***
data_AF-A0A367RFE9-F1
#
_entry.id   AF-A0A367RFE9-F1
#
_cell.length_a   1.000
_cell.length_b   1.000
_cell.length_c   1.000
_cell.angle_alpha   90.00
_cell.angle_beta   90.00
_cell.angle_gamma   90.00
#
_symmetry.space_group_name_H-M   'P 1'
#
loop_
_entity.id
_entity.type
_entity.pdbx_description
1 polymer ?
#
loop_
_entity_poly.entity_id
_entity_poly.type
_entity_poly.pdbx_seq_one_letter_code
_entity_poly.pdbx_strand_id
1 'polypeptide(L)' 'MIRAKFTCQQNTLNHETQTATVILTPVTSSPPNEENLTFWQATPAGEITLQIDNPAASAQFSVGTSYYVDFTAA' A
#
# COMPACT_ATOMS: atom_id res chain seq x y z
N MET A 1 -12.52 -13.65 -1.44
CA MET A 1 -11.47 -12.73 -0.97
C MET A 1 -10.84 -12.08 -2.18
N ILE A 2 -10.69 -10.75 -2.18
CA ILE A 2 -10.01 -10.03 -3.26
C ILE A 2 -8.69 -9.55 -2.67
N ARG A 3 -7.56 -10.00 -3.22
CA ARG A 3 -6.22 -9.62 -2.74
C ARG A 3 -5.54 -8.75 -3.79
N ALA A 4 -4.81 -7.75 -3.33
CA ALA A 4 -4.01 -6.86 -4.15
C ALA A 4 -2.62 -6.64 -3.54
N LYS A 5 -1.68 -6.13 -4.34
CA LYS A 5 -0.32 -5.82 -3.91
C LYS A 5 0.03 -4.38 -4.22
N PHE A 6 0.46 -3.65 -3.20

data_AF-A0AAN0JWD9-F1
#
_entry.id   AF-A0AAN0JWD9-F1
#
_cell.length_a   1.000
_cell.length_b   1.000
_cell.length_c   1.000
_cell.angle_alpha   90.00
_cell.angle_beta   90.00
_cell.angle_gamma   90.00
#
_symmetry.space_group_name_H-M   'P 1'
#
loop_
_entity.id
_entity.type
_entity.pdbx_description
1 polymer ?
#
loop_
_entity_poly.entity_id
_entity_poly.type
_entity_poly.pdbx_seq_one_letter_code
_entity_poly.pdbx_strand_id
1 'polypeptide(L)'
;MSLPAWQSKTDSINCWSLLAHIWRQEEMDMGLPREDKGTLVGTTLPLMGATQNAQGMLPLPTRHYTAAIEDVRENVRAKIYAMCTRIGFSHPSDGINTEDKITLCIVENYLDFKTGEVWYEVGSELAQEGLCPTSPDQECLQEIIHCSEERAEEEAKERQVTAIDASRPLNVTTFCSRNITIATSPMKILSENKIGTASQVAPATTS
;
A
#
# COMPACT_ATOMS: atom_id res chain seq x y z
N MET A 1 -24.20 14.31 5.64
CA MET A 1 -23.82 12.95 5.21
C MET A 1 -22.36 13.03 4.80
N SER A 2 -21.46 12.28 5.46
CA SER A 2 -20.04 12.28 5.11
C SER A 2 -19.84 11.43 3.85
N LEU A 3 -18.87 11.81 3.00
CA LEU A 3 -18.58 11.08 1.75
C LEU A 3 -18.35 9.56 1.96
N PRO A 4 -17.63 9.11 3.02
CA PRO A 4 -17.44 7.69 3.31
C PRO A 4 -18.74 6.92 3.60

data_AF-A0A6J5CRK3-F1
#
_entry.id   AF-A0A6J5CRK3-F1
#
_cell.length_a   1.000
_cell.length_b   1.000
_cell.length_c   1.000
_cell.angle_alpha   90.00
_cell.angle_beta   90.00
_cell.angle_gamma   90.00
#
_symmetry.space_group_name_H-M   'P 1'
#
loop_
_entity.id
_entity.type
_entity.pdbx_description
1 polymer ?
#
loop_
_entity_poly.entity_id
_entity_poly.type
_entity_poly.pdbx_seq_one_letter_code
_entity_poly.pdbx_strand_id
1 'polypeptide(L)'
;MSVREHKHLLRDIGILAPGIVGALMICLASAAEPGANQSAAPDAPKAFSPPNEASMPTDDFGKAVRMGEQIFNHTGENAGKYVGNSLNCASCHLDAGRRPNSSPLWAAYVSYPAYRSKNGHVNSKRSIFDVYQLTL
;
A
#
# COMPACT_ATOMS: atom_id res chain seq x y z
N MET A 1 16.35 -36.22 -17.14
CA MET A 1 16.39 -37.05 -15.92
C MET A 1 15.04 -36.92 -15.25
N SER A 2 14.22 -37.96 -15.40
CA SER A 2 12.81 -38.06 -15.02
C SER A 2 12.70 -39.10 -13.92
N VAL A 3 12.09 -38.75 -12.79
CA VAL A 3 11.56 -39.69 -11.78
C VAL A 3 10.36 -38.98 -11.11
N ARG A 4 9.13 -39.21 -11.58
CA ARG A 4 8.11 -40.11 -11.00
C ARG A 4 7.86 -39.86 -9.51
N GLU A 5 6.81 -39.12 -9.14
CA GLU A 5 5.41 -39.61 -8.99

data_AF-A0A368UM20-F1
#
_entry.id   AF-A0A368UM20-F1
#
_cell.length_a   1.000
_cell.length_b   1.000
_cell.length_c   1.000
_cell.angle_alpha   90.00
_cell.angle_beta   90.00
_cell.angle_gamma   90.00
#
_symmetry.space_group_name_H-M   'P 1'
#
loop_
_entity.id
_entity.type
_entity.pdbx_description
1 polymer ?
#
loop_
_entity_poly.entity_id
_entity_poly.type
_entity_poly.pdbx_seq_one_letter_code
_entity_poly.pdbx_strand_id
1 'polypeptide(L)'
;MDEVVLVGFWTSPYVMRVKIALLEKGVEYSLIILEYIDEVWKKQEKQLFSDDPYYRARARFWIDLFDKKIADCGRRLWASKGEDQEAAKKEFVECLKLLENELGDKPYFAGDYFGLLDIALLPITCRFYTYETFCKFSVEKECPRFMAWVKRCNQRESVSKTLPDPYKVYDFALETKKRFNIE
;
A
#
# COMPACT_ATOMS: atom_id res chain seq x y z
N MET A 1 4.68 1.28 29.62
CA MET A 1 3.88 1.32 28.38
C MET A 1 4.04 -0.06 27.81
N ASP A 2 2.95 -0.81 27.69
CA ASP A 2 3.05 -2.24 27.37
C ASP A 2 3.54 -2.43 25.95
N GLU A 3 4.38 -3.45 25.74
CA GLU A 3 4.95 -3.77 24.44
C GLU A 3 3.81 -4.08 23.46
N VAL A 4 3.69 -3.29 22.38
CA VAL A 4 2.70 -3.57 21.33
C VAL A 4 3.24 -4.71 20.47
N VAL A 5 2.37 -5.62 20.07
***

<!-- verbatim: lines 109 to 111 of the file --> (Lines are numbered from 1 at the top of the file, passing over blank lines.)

_entity_poly.pdbx_strand_id
1 'polypeptide(L)'
;MSVREHKHLLRDIGILAPGIVGALMICLASAAEPGANQSAAPDAPKAFSPPNEASMPTDDFGKAVRMGEQIFNHTGENAGKYVGNSLNCASCHLDAGRRPNSSPLWAAYVSYPAYRSKNGHVNSKRSIFDVYQLTL